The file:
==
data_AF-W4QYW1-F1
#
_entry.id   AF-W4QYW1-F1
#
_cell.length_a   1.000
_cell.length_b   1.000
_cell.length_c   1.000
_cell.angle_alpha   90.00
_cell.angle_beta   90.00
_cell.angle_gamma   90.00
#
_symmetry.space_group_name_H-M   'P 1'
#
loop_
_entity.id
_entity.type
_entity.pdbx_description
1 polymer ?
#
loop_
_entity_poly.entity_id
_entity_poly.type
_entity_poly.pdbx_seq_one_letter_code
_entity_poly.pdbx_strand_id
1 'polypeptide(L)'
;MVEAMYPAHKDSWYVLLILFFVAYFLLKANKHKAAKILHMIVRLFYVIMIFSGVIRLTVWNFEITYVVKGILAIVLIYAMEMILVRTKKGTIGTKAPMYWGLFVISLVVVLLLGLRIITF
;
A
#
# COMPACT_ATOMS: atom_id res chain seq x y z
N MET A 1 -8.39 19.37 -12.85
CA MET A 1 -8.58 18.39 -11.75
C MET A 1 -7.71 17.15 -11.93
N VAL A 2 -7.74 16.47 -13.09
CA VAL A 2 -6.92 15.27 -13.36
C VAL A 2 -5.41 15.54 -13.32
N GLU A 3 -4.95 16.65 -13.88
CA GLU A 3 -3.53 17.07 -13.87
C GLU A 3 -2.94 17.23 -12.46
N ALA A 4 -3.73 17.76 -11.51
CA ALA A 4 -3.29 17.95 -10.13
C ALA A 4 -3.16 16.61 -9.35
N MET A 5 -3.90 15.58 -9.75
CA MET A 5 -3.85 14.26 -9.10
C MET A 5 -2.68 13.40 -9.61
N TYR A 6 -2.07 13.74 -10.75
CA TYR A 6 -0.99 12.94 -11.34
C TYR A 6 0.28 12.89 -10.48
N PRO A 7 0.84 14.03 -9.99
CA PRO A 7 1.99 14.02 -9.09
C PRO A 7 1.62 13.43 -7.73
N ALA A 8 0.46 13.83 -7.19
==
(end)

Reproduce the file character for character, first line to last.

data_AF-W4QYW1-F1
#
_entry.id   AF-W4QYW1-F1
#
_cell.length_a   1.000
_cell.length_b   1.000
_cell.length_c   1.000
_cell.angle_alpha   90.00
_cell.angle_beta   90.00
_cell.angle_gamma   90.00
#
_symmetry.space_group_name_H-M   'P 1'
#
loop_
_entity.id
_entity.type
_entity.pdbx_description
1 polymer ?
#
loop_
_entity_poly.entity_id
_entity_poly.type
_entity_poly.pdbx_seq_one_letter_code
_entity_poly.pdbx_strand_id
1 'polypeptide(L)'
;MVEAMYPAHKDSWYVLLILFFVAYFLLKANKHKAAKILHMIVRLFYVIMIFSGVIRLTVWNFEITYVVKGILAIVLIYAMEMILVRTKKGTIGTKAPMYWGLFVISLVVVLLLGLRIITF
;
A
#
# COMPACT_ATOMS: atom_id res chain seq x y z
N MET A 1 -8.39 19.37 -12.85
CA MET A 1 -8.58 18.39 -11.75
C MET A 1 -7.71 17.15 -11.93
N VAL A 2 -7.74 16.47 -13.09
CA VAL A 2 -6.92 15.27 -13.36
C VAL A 2 -5.41 15.54 -13.32
N GLU A 3 -4.95 16.65 -13.88
CA GLU A 3 -3.53 17.07 -13.87
C GLU A 3 -2.94 17.23 -12.46
N ALA A 4 -3.73 17.76 -11.51
CA ALA A 4 -3.29 17.95 -10.13
C ALA A 4 -3.16 16.61 -9.35
N MET A 5 -3.90 15.58 -9.75
CA MET A 5 -3.85 14.26 -9.10
C MET A 5 -2.68 13.40 -9.61
N TYR A 6 -2.07 13.74 -10.75
CA TYR A 6 -0.99 12.94 -11.34
C TYR A 6 0.28 12.89 -10.48
N PRO A 7 0.84 14.03 -9.99
CA PRO A 7 1.99 14.02 -9.09
C PRO A 7 1.62 13.43 -7.73
N ALA A 8 0.46 13.83 -7.19